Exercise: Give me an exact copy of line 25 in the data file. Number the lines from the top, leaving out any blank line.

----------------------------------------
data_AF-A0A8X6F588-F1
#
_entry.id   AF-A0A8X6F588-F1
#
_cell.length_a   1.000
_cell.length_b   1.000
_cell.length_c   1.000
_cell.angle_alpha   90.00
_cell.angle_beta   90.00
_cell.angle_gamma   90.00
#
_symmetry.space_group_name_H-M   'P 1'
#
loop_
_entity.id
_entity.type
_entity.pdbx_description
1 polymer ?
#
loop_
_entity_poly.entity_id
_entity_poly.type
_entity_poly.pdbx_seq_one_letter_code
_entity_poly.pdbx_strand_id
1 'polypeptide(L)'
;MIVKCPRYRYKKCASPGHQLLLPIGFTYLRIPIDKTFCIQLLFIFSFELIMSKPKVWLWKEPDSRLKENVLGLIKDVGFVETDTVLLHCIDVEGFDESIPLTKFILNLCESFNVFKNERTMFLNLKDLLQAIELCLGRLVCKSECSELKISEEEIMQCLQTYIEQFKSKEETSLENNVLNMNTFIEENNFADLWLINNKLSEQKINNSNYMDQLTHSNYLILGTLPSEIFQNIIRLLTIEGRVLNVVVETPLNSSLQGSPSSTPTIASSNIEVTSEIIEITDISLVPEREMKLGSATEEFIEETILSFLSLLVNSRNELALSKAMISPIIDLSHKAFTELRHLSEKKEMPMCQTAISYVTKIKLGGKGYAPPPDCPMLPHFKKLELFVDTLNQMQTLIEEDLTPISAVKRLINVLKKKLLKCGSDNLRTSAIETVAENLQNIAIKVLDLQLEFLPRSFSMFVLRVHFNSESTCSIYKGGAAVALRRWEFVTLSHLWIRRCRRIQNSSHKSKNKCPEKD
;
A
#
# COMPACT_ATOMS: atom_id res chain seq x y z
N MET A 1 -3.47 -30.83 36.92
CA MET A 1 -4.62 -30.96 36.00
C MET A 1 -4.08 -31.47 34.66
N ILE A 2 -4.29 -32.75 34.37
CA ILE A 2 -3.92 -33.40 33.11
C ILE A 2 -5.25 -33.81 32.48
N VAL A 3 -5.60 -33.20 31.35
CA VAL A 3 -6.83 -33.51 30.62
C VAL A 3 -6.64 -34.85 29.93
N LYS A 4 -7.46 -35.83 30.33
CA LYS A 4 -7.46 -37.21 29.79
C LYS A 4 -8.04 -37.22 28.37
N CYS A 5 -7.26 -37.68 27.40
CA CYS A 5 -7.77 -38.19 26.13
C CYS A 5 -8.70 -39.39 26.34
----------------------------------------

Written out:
1 'polypeptide(L)'